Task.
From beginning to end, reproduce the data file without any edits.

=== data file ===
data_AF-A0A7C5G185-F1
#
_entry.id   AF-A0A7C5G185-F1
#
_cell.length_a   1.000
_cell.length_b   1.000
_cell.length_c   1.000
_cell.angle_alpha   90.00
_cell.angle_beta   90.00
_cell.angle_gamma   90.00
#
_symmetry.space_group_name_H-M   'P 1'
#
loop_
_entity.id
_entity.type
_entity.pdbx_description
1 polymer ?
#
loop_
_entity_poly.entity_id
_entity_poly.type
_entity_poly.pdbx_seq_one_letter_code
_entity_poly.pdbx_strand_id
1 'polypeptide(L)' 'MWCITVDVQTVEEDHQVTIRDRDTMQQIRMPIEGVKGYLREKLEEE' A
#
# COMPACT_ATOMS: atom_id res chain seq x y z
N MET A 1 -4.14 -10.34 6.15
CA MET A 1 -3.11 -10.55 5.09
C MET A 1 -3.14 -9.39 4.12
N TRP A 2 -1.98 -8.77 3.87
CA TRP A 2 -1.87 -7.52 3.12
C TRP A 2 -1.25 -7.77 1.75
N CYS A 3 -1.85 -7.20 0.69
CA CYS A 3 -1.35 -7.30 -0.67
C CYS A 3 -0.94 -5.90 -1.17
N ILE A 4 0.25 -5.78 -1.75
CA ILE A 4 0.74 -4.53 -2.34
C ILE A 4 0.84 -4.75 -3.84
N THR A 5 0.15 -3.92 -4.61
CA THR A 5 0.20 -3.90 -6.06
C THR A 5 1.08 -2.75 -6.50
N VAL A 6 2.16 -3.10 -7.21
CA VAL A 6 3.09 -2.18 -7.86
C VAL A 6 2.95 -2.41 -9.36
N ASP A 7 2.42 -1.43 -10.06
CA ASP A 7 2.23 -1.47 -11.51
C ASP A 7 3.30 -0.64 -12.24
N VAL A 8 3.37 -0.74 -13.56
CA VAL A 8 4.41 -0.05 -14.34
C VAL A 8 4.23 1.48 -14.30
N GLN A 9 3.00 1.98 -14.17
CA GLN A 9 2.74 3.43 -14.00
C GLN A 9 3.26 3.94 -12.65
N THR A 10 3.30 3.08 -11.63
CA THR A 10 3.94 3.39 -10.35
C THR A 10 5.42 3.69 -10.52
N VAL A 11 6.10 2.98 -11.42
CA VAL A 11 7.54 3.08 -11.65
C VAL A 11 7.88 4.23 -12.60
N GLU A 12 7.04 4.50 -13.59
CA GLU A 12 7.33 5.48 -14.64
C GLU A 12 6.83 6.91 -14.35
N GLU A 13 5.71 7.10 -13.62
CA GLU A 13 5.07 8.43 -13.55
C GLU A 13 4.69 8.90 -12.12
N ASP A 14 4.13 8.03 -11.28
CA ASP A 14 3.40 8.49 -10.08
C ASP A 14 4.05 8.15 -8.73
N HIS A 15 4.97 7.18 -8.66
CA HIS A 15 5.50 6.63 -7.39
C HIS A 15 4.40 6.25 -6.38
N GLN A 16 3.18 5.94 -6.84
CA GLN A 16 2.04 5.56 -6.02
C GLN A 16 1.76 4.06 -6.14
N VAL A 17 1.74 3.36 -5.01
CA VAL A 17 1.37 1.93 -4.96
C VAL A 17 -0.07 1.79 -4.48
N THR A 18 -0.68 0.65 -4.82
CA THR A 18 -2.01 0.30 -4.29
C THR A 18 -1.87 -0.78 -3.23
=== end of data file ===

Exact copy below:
data_AF-A0A7C5G185-F1
#
_entry.id   AF-A0A7C5G185-F1
#
_cell.length_a   1.000
_cell.length_b   1.000
_cell.length_c   1.000
_cell.angle_alpha   90.00
_cell.angle_beta   90.00
_cell.angle_gamma   90.00
#
_symmetry.space_group_name_H-M   'P 1'
#
loop_
_entity.id
_entity.type
_entity.pdbx_description
1 polymer ?
#
loop_
_entity_poly.entity_id
_entity_poly.type
_entity_poly.pdbx_seq_one_letter_code
_entity_poly.pdbx_strand_id
1 'polypeptide(L)' 'MWCITVDVQTVEEDHQVTIRDRDTMQQIRMPIEGVKGYLREKLEEE' A
#
# COMPACT_ATOMS: atom_id res chain seq x y z
N MET A 1 -4.14 -10.34 6.15
CA MET A 1 -3.11 -10.55 5.09
C MET A 1 -3.14 -9.39 4.12
N TRP A 2 -1.98 -8.77 3.87
CA TRP A 2 -1.87 -7.52 3.12
C TRP A 2 -1.25 -7.77 1.75
N CYS A 3 -1.85 -7.20 0.69
CA CYS A 3 -1.35 -7.30 -0.67
C CYS A 3 -0.94 -5.90 -1.17
N ILE A 4 0.25 -5.78 -1.75
CA ILE A 4 0.74 -4.53 -2.34
C ILE A 4 0.84 -4.75 -3.84
N THR A 5 0.15 -3.92 -4.61
CA THR A 5 0.20 -3.90 -6.06
C THR A 5 1.08 -2.75 -6.50
N VAL A 6 2.16 -3.10 -7.21
CA VAL A 6 3.09 -2.18 -7.86
C VAL A 6 2.95 -2.41 -9.36
N ASP A 7 2.42 -1.43 -10.06
CA ASP A 7 2.23 -1.47 -11.51
C ASP A 7 3.30 -0.64 -12.24
N VAL A 8 3.37 -0.74 -13.56
CA VAL A 8 4.41 -0.05 -14.34
C VAL A 8 4.23 1.48 -14.30
N GLN A 9 3.00 1.98 -14.17
CA GLN A 9 2.74 3.43 -14.00
C GLN A 9 3.26 3.94 -12.65
N THR A 10 3.30 3.08 -11.63
CA THR A 10 3.94 3.39 -10.35
C THR A 10 5.42 3.69 -10.52
N VAL A 11 6.10 2.98 -11.42
CA VAL A 11 7.54 3.08 -11.65
C VAL A 11 7.88 4.23 -12.60
N GLU A 12 7.04 4.50 -13.59
CA GLU A 12 7.33 5.48 -14.64
C GLU A 12 6.83 6.91 -14.35
N GLU A 13 5.71 7.10 -13.62
CA GLU A 13 5.07 8.43 -13.55
C GLU A 13 4.69 8.90 -12.12
N ASP A 14 4.13 8.03 -11.28
CA ASP A 14 3.40 8.49 -10.08
C ASP A 14 4.05 8.15 -8.73
N HIS A 15 4.97 7.18 -8.66
CA HIS A 15 5.50 6.63 -7.39
C HIS A 15 4.40 6.25 -6.38
N GLN A 16 3.18 5.94 -6.84
CA GLN A 16 2.04 5.56 -6.02
C GLN A 16 1.76 4.06 -6.14
N VAL A 17 1.74 3.36 -5.01
CA VAL A 17 1.37 1.93 -4.96
C VAL A 17 -0.07 1.79 -4.48
N THR A 18 -0.68 0.65 -4.82
CA THR A 18 -2.01 0.30 -4.29
C THR A 18 -1.87 -0.78 -3.23